This case is an interesting development in the treatment of “law enforcement records” for purposes of public disclosure under RSA Chapter 91-A, the Right to Know Law. RSA 91-A does not specifically address law enforcement records, and since 1978 New Hampshire courts have analyzed requests for disclosure using the test applied under exemption 7 of the federal Freedom of Information Act (FOIA), known as the Murray exemption. Murray v. NH Div. of State Police, 154 N.H. 579 (2006). To be considered confidential, (1) records or information must be compiled for law enforcement purposes, and (2) releasing the information would have one of six listed adverse consequences on law enforcement activity.
What is different about this case is that it did not involve traditional law enforcement records, but those of the State Fire Marshal’s Office (FMO). The Court concluded that the exemption may apply to records compiled by any type of agency, even if its primary function is not law enforcement. “The phrase ‘law enforcement purposes’ includes both civil and criminal matters.” The difference is that an agency which is primarily a law enforcement agency (such as a police department) usually does not have a high burden of proof regarding the “law enforcement purpose” of the records. On the other hand, a mixed-function agency with some administrative and some law enforcement purposes must satisfy a higher burden, demonstrating that it had a purpose falling within its sphere of enforcement authority in compiling the particular documents.
The Court examined the FMO’s statutory duties and found that it is a mixed-function agency. Its duties under RSA Chapter 153 include some law enforcement functions, such as enforcing laws relative to the protection of life and property from fire, fire hazards and related matters; reporting on all fires and optionally submitting findings of fact to the state police, county attorney or local officials to assist him in arrest or prosecution; and supervising and enforcing local bylaws regarding fire prevention and safety. As a mixed-function agency, the FMO had to show the records were compiled pursuant to its law enforcement functions, as opposed to its administrative functions. In this case, the records were created during an investigation into potential criminal wrongdoing pursuant to the FMO’s law enforcement duties, and, therefore, were compiled for “law enforcement purposes.”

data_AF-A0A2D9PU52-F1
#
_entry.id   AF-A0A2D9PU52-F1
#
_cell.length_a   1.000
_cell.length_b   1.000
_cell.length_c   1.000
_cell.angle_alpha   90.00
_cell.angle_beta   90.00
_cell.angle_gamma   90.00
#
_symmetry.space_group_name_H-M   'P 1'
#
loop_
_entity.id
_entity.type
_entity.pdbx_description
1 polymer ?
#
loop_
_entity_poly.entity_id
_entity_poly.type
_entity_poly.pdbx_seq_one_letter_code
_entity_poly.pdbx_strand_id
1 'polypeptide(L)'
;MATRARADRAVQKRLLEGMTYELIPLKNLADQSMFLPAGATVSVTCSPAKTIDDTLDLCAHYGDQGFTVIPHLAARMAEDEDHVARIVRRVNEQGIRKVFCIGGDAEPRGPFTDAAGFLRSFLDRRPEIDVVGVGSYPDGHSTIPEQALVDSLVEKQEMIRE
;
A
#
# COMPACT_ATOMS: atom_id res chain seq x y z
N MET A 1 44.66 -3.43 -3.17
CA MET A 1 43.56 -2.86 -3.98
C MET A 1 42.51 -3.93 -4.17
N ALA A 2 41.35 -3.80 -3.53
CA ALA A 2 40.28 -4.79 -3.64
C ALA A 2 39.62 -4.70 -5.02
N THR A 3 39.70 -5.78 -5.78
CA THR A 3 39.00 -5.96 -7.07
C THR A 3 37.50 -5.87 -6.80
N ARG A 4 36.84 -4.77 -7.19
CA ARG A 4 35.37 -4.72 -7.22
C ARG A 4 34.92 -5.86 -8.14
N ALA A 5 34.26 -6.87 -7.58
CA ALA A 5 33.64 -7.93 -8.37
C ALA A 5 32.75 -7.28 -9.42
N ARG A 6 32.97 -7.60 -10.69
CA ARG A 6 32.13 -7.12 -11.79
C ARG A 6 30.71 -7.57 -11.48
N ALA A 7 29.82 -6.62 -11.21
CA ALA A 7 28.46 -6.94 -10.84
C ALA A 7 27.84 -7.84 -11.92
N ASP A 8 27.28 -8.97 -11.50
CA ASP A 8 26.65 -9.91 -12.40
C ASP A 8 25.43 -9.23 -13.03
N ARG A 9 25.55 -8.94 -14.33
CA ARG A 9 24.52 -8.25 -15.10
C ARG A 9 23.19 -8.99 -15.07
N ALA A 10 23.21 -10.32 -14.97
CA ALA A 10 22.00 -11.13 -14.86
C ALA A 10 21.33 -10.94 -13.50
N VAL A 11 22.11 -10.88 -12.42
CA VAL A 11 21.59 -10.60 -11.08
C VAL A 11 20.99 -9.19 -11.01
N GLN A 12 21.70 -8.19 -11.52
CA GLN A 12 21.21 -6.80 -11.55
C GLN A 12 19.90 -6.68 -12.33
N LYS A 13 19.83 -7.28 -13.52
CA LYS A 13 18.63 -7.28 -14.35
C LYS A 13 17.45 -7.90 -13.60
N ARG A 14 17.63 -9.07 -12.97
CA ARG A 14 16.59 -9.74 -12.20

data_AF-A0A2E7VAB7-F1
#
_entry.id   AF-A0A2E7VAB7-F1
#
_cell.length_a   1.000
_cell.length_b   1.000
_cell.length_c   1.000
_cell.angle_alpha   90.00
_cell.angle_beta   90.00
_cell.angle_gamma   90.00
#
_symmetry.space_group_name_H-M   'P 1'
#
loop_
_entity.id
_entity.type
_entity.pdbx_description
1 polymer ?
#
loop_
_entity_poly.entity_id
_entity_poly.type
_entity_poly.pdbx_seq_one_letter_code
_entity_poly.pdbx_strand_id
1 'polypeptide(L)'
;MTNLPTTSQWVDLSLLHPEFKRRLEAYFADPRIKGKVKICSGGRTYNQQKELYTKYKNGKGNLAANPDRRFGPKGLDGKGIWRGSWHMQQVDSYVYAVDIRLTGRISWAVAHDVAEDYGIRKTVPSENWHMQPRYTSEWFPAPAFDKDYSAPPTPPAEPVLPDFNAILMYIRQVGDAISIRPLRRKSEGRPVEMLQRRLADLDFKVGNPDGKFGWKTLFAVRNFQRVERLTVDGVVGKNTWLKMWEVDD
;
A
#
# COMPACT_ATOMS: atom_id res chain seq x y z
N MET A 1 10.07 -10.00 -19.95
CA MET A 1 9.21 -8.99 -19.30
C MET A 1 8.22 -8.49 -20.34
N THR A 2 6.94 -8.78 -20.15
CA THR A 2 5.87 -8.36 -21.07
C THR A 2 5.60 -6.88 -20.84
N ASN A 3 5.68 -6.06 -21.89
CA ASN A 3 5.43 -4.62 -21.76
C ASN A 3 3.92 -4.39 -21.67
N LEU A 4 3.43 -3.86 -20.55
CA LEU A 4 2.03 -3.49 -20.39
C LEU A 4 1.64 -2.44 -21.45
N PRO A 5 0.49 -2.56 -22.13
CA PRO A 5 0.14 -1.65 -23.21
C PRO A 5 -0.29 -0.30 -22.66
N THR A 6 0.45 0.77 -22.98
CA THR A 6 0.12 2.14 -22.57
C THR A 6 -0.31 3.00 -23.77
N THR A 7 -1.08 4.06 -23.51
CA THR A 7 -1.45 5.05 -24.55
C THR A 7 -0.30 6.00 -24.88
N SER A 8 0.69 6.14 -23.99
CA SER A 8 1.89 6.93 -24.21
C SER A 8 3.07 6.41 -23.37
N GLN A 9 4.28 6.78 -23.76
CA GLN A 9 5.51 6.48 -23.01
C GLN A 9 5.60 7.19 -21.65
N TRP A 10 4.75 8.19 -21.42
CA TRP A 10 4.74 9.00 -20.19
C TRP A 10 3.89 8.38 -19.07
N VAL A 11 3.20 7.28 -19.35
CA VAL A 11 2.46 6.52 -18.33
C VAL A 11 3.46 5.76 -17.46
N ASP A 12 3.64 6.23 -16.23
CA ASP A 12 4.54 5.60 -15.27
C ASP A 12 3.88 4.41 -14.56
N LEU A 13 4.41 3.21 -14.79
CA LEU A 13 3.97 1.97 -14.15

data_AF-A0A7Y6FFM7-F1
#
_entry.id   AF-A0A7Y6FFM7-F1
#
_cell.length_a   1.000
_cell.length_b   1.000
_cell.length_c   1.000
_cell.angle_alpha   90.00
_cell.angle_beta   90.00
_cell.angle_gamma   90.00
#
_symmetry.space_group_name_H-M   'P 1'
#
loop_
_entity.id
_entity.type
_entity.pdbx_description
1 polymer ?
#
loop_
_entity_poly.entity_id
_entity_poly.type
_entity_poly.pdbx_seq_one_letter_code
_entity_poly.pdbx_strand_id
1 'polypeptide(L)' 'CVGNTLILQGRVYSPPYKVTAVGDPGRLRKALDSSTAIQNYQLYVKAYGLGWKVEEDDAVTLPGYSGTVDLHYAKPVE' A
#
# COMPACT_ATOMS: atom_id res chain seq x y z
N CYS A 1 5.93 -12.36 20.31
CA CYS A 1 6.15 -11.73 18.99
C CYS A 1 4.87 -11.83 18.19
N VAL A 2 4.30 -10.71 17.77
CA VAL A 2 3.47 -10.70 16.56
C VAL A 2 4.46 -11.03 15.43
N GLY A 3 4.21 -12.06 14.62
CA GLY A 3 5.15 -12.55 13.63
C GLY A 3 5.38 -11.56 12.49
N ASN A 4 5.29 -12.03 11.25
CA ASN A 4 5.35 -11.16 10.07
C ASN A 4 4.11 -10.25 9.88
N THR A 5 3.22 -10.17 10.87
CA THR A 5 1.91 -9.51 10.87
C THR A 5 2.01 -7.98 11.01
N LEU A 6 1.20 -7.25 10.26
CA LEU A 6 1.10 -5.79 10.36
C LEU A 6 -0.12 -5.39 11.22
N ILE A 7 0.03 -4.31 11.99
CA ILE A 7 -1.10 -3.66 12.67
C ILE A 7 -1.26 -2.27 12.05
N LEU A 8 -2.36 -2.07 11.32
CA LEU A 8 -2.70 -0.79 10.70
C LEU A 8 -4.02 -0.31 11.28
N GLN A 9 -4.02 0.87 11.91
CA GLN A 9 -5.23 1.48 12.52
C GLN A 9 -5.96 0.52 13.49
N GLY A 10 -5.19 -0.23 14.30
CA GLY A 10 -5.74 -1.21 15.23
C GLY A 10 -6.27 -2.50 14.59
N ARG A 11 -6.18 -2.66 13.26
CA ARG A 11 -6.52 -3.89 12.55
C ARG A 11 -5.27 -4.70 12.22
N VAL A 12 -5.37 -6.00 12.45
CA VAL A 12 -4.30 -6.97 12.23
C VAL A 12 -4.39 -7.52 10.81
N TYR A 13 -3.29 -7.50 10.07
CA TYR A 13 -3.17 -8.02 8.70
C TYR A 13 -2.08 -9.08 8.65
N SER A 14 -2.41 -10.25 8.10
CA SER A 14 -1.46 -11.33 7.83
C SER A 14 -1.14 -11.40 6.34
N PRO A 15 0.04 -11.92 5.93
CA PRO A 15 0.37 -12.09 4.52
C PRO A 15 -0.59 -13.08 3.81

The next step was to determine whether the records fell within any of the six FOIA factors and could be kept confidential. This case involved the first factor, “interference with enforcement proceedings.” The agency must show that enforcement proceedings are pending or reasonably anticipated, and that disclosure of the requested documents could reasonably be expected to interfere with those proceedings. Interestingly, the agency is not required to explain when, where or by whom charges might arise, or even require that law enforcement proceedings be a certainty. It merely requires the agency to demonstrate that proceedings are “reasonably anticipated.” The FMO met this test.
This decision raises the possibility that records of other mixed-function agencies may be similarly exempt from disclosure under RSA 91-A. For example, many municipal officials and departments have some variety of civil or criminal investigation and enforcement authority, whether on their own or in conjunction with the local police or county attorney. It remains to be seen how far this opinion may extend.